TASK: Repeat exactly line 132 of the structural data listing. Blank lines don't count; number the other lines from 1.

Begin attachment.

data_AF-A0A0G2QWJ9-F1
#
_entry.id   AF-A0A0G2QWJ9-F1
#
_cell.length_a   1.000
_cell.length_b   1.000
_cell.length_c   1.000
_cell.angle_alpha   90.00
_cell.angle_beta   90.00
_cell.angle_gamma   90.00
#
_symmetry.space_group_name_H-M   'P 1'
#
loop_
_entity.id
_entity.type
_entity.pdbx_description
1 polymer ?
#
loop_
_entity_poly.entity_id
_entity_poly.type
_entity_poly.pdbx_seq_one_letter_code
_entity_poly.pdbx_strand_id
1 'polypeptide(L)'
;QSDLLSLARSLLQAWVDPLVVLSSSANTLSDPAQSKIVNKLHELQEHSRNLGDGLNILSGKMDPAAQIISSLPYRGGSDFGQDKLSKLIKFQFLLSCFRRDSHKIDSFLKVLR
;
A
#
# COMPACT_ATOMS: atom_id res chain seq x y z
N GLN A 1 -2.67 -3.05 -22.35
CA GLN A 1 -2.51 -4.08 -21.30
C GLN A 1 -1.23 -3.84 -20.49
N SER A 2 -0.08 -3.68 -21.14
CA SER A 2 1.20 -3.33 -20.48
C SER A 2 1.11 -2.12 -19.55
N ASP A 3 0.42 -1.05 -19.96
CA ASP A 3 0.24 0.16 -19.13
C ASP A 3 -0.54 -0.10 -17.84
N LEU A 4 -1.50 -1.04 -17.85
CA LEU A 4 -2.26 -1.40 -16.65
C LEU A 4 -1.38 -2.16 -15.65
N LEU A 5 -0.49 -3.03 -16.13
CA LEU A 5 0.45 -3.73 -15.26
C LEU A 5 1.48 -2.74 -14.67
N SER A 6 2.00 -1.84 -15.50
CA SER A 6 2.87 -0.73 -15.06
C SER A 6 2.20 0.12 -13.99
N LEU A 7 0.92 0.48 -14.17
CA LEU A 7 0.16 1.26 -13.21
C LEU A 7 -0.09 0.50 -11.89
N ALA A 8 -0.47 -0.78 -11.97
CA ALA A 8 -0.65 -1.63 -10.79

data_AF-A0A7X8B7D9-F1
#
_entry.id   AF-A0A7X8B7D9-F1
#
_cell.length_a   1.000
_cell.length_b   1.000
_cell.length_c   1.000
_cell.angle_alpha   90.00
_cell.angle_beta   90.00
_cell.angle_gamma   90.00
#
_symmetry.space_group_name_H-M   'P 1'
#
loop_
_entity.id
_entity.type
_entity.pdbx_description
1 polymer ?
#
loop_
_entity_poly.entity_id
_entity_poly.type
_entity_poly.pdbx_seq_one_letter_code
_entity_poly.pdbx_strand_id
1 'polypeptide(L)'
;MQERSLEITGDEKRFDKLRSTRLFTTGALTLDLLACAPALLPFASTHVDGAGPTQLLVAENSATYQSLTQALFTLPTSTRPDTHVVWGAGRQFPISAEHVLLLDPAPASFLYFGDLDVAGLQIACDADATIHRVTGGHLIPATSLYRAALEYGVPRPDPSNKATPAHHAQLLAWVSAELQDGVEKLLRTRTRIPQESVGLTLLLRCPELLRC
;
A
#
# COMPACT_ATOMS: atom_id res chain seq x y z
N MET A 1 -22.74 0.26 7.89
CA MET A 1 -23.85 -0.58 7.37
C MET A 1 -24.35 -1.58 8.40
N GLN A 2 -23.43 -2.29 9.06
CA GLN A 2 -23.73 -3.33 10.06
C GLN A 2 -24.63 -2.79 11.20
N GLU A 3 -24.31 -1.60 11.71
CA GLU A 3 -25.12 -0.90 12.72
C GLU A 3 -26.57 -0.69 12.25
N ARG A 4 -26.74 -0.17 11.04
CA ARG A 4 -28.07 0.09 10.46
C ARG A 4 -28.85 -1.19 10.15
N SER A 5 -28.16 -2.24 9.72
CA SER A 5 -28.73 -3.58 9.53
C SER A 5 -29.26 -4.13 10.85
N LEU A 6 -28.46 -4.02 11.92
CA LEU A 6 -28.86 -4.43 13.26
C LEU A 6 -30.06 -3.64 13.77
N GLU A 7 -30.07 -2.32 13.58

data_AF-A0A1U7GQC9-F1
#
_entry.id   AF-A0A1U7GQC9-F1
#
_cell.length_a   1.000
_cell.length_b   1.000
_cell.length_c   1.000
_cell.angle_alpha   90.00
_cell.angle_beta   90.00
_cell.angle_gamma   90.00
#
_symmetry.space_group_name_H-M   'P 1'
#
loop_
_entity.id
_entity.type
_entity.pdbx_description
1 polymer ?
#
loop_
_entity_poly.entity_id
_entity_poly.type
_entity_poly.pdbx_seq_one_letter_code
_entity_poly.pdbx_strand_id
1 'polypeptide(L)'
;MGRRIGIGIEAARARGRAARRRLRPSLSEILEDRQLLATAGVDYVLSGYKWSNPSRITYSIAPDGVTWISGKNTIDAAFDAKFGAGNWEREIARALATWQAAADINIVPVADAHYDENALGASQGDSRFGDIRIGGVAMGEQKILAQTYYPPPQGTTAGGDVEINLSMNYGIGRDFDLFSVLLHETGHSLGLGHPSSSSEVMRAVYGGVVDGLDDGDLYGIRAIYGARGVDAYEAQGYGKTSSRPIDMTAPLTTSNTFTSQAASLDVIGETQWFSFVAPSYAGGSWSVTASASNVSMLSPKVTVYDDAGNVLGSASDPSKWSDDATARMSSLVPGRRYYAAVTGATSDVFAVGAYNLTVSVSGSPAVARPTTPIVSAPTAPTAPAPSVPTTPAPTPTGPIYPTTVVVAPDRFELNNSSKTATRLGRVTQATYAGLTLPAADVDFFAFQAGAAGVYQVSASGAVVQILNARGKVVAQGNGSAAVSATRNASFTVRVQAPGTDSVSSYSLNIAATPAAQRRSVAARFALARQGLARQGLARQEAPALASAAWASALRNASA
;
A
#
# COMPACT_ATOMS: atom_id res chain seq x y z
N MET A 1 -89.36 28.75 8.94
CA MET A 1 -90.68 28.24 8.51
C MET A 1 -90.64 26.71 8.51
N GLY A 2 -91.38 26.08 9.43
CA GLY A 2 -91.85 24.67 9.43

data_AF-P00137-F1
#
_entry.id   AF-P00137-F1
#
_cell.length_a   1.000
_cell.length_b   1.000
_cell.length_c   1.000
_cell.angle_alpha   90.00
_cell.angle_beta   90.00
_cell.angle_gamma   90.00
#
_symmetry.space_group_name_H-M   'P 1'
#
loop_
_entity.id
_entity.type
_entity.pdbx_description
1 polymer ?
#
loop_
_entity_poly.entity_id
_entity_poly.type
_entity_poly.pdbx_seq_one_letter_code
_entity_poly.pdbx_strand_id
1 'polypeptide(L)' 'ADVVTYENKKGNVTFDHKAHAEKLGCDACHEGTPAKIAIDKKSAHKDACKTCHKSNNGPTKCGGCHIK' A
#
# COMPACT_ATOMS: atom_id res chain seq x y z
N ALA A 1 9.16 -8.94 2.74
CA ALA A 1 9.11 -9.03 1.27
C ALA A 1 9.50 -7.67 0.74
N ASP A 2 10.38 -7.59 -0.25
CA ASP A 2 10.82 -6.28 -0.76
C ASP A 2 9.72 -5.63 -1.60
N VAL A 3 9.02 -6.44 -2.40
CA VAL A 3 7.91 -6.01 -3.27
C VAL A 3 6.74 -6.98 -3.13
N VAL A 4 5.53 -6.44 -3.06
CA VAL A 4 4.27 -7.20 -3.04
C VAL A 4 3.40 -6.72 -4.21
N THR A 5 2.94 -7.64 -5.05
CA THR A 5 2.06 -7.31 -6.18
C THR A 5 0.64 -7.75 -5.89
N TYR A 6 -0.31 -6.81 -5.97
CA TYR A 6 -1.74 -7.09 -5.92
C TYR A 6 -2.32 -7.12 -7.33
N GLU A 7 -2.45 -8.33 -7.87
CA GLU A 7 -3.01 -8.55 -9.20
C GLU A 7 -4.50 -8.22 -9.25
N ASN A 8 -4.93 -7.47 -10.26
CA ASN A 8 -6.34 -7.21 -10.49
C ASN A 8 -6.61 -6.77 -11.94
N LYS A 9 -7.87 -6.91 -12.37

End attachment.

# COMPACT_ATOMS: atom_id res chain seq x y z